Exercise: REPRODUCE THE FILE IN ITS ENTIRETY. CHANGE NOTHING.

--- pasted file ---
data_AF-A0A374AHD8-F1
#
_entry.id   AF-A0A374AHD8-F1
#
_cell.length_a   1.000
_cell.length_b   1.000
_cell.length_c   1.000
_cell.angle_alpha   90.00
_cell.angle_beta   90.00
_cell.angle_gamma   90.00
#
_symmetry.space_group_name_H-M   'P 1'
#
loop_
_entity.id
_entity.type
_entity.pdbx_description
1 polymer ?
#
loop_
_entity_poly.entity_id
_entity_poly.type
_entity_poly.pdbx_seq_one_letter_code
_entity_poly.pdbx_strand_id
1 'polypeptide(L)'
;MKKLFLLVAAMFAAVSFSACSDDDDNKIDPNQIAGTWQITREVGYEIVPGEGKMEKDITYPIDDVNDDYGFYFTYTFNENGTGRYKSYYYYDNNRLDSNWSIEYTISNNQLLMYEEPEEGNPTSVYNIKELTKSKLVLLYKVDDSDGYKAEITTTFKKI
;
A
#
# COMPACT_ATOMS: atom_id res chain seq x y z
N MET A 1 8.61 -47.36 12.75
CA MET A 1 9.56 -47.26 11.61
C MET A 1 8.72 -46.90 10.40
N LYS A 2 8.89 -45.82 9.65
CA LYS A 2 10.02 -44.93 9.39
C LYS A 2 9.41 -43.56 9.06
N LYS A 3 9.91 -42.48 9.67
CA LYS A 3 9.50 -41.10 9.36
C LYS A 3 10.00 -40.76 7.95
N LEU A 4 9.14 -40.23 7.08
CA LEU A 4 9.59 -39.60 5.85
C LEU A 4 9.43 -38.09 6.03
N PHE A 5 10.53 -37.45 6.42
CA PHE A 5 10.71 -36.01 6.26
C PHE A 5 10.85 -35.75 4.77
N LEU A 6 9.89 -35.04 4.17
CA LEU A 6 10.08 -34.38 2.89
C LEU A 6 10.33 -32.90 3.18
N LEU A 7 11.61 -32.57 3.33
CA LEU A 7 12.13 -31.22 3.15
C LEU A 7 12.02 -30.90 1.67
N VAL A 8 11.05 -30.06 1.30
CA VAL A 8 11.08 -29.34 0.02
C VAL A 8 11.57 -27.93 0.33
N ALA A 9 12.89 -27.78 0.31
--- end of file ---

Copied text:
data_AF-A0A374AHD8-F1
#
_entry.id   AF-A0A374AHD8-F1
#
_cell.length_a   1.000
_cell.length_b   1.000
_cell.length_c   1.000
_cell.angle_alpha   90.00
_cell.angle_beta   90.00
_cell.angle_gamma   90.00
#
_symmetry.space_group_name_H-M   'P 1'
#
loop_
_entity.id
_entity.type
_entity.pdbx_description
1 polymer ?
#
loop_
_entity_poly.entity_id
_entity_poly.type
_entity_poly.pdbx_seq_one_letter_code
_entity_poly.pdbx_strand_id
1 'polypeptide(L)'
;MKKLFLLVAAMFAAVSFSACSDDDDNKIDPNQIAGTWQITREVGYEIVPGEGKMEKDITYPIDDVNDDYGFYFTYTFNENGTGRYKSYYYYDNNRLDSNWSIEYTISNNQLLMYEEPEEGNPTSVYNIKELTKSKLVLLYKVDDSDGYKAEITTTFKKI
;
A
#
# COMPACT_ATOMS: atom_id res chain seq x y z
N MET A 1 8.61 -47.36 12.75
CA MET A 1 9.56 -47.26 11.61
C MET A 1 8.72 -46.90 10.40
N LYS A 2 8.89 -45.82 9.65
CA LYS A 2 10.02 -44.93 9.39
C LYS A 2 9.41 -43.56 9.06
N LYS A 3 9.91 -42.48 9.67
CA LYS A 3 9.50 -41.10 9.36
C LYS A 3 10.00 -40.76 7.95
N LEU A 4 9.14 -40.23 7.08
CA LEU A 4 9.59 -39.60 5.85
C LEU A 4 9.43 -38.09 6.03
N PHE A 5 10.53 -37.45 6.42
CA PHE A 5 10.71 -36.01 6.26
C PHE A 5 10.85 -35.75 4.77
N LEU A 6 9.89 -35.04 4.17
CA LEU A 6 10.08 -34.38 2.89
C LEU A 6 10.33 -32.90 3.18
N LEU A 7 11.61 -32.57 3.33
CA LEU A 7 12.13 -31.22 3.15
C LEU A 7 12.02 -30.90 1.67
N VAL A 8 11.05 -30.06 1.30
CA VAL A 8 11.08 -29.34 0.02
C VAL A 8 11.57 -27.93 0.33
N ALA A 9 12.89 -27.78 0.31